As if summoned by her thoughts of him, her phone went off alerting her to his latest message. He had been texting her ever since he'd left for Texas. At first she had distanced herself from him; distracted with the fate of her grandfather, but that wasn't the only reason she had pulled back.

She rotated the bracelet circling her wrist. It had become her new nervous tick, next to tucking her hair. She'd considered taking it off, putting it away somewhere. It seemed wrong that she should have such a symbolic piece of him, and that her sister should be forced to see it as a constant reminder of what she didn't have. The last thing she wanted was to torture Maya, but she simply didn't have the heart to remove it. His gift had become an extension of her; one she couldn't part with any easier than the one who had given it.

Lucas was blissfully unaware of Maya's true feelings and though Riley hated the idea of any more secrets between the three of them, it wasn't her place to tell. The blonde had made her wishes very clear on the subject. She didn't want him knowing anything and really, there was no reason why he should. He had already made his intention toward both girls crystal clear. Maya was a friend and nothing more. The only one with a choice to make regarding the boy who had unintentionally ensnared them both was her.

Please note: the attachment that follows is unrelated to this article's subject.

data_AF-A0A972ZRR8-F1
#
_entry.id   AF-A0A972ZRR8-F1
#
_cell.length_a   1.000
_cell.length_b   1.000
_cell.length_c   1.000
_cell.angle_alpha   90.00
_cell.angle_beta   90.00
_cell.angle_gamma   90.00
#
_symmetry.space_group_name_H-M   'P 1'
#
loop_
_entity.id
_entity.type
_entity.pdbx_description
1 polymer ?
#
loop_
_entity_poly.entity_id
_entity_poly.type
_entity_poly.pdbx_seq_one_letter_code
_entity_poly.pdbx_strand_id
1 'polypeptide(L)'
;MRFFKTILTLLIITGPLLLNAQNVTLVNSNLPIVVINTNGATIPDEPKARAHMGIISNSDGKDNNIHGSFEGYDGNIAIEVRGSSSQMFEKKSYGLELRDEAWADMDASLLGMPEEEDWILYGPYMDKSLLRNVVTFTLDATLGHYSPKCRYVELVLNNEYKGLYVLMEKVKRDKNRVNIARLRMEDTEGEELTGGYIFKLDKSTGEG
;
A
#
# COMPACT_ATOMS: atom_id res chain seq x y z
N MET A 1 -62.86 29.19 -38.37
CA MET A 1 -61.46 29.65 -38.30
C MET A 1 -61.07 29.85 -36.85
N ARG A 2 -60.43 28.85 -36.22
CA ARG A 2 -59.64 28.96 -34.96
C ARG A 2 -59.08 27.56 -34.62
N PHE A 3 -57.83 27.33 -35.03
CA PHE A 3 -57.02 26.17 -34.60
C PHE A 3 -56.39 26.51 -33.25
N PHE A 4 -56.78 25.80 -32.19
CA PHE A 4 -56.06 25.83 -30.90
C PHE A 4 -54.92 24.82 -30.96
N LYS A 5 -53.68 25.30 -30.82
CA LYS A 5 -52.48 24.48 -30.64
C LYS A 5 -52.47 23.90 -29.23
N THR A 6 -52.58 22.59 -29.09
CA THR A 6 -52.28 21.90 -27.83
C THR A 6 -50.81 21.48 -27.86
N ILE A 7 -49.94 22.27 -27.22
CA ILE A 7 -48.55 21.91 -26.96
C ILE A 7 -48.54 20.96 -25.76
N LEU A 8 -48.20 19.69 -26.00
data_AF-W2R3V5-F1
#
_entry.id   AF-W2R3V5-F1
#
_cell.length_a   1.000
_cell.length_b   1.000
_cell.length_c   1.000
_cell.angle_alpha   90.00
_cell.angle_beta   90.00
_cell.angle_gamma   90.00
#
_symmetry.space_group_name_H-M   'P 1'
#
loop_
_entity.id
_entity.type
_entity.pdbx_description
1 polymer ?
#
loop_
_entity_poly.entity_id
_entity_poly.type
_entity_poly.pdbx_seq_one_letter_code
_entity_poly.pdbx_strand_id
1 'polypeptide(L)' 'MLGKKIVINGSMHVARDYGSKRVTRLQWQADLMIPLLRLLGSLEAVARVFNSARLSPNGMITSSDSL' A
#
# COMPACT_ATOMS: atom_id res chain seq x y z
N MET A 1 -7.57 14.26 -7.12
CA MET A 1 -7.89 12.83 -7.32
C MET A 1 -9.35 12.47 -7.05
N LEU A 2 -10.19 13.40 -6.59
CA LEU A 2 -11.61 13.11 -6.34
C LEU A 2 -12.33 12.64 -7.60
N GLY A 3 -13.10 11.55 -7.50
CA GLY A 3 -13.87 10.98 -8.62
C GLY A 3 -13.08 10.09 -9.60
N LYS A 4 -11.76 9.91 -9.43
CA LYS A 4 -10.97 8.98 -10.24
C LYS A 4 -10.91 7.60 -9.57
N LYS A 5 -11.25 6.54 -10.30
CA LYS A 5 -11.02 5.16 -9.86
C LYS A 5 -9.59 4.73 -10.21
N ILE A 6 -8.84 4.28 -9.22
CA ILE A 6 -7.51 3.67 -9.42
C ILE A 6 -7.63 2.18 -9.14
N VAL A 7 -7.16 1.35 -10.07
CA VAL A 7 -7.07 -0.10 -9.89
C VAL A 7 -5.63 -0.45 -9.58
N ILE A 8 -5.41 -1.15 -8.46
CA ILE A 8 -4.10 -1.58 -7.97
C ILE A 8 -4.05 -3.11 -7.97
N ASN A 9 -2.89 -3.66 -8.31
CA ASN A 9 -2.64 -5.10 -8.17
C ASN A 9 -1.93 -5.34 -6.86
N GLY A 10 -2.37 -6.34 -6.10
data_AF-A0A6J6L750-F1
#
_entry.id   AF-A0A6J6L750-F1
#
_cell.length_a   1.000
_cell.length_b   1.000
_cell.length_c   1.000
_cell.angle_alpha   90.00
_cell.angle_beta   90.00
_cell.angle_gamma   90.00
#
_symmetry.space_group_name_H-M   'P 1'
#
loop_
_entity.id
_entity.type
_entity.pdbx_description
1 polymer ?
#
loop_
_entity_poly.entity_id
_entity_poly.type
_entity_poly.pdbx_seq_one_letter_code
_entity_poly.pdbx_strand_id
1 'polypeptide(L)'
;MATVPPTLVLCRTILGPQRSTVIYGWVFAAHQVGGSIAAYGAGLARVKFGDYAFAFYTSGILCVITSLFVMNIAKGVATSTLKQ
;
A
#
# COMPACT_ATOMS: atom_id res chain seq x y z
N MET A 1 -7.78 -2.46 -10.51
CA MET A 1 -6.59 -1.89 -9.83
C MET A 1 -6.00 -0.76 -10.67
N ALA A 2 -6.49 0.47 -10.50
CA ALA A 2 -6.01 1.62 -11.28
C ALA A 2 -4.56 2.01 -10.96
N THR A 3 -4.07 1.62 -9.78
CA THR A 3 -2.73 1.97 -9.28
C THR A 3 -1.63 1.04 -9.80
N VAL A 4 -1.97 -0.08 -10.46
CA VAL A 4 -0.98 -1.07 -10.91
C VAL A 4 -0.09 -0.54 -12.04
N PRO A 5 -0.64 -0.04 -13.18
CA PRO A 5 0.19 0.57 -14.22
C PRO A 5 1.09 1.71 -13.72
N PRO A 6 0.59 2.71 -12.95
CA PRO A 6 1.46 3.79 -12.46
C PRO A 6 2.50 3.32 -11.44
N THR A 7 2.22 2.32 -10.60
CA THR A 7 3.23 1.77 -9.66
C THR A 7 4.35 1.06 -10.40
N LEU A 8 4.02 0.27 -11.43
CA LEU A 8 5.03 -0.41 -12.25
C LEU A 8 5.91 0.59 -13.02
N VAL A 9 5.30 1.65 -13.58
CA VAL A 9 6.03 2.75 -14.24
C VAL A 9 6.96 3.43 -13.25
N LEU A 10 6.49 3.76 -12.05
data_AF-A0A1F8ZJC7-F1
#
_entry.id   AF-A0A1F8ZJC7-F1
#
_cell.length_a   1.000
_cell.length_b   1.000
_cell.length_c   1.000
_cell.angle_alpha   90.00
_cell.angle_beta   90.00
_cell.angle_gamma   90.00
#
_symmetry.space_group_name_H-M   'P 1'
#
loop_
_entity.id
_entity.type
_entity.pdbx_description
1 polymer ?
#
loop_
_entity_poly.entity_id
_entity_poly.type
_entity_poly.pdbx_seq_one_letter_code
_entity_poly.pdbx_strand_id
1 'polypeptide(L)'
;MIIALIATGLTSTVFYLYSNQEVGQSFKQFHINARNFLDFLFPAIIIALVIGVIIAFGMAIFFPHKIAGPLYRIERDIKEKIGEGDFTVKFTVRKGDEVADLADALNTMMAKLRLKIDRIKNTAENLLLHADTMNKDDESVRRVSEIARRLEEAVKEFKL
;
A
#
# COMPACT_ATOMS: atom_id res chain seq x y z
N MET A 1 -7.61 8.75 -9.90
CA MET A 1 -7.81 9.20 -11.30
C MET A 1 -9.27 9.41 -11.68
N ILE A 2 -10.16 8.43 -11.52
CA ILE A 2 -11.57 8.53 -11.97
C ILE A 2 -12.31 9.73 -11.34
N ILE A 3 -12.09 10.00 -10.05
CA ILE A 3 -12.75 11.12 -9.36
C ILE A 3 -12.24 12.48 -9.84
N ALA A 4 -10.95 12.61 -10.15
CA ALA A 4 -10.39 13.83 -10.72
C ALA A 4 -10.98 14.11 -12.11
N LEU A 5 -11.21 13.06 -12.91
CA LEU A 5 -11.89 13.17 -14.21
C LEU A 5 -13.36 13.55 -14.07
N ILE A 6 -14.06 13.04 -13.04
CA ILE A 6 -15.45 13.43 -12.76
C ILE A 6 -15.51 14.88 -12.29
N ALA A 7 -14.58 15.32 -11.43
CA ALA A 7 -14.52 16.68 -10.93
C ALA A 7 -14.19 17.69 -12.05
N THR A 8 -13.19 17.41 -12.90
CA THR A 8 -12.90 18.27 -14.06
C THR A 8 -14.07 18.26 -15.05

If only she had known sooner, there would be no decision to make, but she and Lucas had already crossed that thin line separating their friendship from something deeper. They had shared "I love you's" and hopes for a future as more than just friends. He knew how sacred a promise was to her. There would be no convincing him that her feelings had changed so quickly, not after all that had been said and done.